The final high-pitched note hung in the air of the darkened theater as the curtain slowly descended upon the stage of the Metropolitan Opera. After a beat of silence, the audience broke into applause, the house lights turned on and patrons began to gather up their belongings to exit the Quick Center.

Yes, the Quick Center.

On Saturday, the Quick Center hosted its latest installment of a series known as The Met: Live in HD. Projected onto the movie screen, The Metropolitan Opera presented the performance of Thomas Adès’ adaptation of “The Tempest” in collaboration with Fairfield University.

The Met: Live in HD is a program founded by The Neubauer Family Foundation in order “to reach existing audiences and to introduce new audiences to opera through new technology,” according to the website fans. Through this program, operas are streamed live from the Met in New York City to various places around the country.

This program allowed for two screenings of “The Tempest” at Fairfield. The first screening was a live performance streamed from the Met beginning at 1:00 p.m., and the second was an encore presentation at 6 p.m. Both of the screenings provided a unique opera experience to patrons of the Quick Center with extra features such as cast and crew interviews that live performances do not include.

At about five minutes to the hour, the lights of the Quick Center dimmed and the screen turned on to show the audience gathering in the Met in New York City. Candid shots of audience members were interrupted by slides containing facts and brief biographies of the cast members of “The Tempest.”

The camera then cut behind the scenes to the Live in HD hostess Deborah Voigt, who provided an introduction to the performance until the crew called for the director to go to the orchestra pit and begin the opera. Voigt continued to perform interviews and behind-the-scenes features with cast members, producers, directors and other crew members between Acts I and II and during the intermission of “The Tempest.”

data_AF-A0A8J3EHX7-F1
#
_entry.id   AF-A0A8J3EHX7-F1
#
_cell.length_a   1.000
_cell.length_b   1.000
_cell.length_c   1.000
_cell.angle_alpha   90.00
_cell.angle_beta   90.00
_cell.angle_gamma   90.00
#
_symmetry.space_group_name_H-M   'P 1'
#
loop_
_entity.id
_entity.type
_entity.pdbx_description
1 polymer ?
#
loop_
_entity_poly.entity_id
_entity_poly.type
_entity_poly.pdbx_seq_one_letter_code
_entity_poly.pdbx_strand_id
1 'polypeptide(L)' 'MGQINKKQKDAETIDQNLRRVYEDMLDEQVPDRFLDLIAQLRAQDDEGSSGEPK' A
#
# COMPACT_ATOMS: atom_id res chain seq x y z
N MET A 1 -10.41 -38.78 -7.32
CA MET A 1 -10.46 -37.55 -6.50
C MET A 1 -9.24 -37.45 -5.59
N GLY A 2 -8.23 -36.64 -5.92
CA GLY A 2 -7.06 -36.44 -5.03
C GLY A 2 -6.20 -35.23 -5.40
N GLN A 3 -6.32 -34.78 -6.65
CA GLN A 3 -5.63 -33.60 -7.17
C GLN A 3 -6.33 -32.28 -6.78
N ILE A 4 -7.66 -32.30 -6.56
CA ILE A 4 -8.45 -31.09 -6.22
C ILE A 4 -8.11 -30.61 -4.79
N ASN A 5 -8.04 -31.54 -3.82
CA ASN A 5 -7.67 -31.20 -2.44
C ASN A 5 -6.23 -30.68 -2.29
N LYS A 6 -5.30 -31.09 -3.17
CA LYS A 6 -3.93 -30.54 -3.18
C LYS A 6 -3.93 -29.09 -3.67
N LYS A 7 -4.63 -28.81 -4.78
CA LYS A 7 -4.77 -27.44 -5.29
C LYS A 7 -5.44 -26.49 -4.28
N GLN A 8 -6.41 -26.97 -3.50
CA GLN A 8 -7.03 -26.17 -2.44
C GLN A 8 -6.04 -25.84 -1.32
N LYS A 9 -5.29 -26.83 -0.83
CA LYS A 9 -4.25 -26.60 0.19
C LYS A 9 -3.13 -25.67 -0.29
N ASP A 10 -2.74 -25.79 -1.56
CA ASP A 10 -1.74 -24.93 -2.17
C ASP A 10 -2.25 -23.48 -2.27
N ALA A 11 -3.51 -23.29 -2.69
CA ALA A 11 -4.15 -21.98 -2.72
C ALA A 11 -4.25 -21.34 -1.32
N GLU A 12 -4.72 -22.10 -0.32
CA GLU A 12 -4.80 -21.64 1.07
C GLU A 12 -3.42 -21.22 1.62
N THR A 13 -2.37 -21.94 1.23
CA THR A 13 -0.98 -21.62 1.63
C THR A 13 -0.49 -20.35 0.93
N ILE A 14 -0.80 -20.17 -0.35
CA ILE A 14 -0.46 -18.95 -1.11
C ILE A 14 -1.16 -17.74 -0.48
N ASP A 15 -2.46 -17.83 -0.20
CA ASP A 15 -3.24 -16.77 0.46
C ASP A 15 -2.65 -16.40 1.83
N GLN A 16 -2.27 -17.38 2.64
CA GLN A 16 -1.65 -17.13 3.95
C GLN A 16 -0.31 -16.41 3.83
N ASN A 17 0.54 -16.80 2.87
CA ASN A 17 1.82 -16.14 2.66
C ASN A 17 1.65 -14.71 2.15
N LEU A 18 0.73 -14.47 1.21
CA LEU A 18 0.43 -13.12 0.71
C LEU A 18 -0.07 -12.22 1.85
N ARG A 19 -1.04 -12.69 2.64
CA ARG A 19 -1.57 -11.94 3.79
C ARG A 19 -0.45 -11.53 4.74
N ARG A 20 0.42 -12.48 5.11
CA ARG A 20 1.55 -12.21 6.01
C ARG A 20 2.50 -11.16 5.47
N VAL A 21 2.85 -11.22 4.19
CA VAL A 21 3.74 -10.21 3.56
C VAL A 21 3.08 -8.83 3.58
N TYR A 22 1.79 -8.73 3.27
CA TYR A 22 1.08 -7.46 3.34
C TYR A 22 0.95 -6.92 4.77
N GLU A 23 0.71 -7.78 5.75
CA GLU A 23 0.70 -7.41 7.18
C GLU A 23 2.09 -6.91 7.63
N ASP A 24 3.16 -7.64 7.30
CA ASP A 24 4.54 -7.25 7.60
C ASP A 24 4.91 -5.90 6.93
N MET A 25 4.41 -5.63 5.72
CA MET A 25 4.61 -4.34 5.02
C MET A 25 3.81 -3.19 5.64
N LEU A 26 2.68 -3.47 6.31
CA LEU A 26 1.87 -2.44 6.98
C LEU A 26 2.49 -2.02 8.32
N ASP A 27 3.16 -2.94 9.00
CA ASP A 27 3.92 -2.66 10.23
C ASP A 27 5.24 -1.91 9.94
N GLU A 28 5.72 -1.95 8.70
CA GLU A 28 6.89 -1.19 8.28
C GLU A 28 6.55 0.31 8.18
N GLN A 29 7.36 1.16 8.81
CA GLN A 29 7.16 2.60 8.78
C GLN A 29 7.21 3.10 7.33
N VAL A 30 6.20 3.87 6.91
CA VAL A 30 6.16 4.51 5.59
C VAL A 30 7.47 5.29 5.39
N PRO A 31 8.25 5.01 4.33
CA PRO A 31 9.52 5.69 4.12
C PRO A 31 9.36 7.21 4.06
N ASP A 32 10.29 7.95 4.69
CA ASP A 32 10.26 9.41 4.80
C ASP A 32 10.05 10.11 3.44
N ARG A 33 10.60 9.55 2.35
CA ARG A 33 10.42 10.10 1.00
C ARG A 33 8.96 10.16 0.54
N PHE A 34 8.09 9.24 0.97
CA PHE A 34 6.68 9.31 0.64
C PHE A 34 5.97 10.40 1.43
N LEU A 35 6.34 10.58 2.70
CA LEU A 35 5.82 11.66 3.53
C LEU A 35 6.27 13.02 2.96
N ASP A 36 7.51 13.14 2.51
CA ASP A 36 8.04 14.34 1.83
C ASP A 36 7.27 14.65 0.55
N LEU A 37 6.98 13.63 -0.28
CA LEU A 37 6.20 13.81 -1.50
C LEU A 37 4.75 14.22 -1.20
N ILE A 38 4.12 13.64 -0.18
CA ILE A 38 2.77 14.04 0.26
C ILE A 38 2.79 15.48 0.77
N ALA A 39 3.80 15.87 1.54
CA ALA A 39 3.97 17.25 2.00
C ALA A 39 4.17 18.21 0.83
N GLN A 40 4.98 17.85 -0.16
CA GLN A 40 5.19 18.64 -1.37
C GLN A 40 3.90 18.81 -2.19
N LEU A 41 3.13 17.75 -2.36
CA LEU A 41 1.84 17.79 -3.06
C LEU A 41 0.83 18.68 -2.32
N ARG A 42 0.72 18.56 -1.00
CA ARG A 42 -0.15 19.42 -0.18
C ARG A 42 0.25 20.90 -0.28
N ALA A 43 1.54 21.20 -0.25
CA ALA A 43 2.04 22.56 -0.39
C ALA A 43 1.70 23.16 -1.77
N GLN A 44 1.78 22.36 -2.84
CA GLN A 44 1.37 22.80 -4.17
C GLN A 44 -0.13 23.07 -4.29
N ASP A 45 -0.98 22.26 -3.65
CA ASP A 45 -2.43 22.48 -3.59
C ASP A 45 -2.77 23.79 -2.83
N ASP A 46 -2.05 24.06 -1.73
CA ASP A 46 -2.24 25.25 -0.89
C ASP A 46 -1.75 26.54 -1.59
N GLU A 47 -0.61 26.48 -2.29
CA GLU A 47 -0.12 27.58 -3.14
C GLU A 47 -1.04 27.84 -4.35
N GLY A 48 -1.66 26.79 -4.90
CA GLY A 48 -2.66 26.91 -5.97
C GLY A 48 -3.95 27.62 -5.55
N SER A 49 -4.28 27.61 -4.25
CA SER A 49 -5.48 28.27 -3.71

When Voigt was not conducting interviews, the cameras freely panned backstage, allowing the audience viewing at the Quick Center to see the hustle and bustle of behind-the-scenes activity. Crews worked to set up the set and make instantaneous repairs as cast members walked around in their costumes, getting to their marks before the curtains rose again.

During the actual performance, cameras got up close to the action, zooming in on the performers so that every action and expression was projected onto the Quick Center screen in high definition. The sound quality was also extremely clear, and the combination of the two created a better viewing experience than one might have while actually sitting in the Met in New York City.

While the program The Met: Live in HD provided a very unique and exciting opera experience, the actual performance of “The Tempest” was less enchanting. The costuming and set design were both beautiful and bold, reflecting the personalities of the characters and the mood of the setting.

However, the musical arrangement left a lot to be desired. Actor Alek Shrader who played Ferdinand said in his interview with Voigt that Adès composed the music based on “pure emotion … [and] set the musical expression of what each character is going through.” This method of composition meant that the theater was often filled with a cacophony of sounds, from shrill and dizzyingly fast trills performed by Audrey Luna as Ariel, to impassioned movements involving simultaneous singing by three or more characters that only muddied their individual melodies.

Gerry Harrington and Elaine Kaczorowski were two residents of Fairfield county who made the trip to Fairfield to see the opera on Saturday night. “We love it. It’s amazing,” said Harrington about the Live in HD program, although neither she nor Kaczorowski were fond of this particular performance.

The pair of women frequently attend the opera performances at the Quick Center because of their cheap price and convenience. “You can be home 15 minutes after the show ends,” said Harrington.

The Met: Live in HD program conveniently brings contemporary musical culture right to Fairfield. At a discounted price of $10 per ticket, it is a cheap, convenient and unique way for students to experience a night at the opera.

Leave a Reply

Your email address will not be published.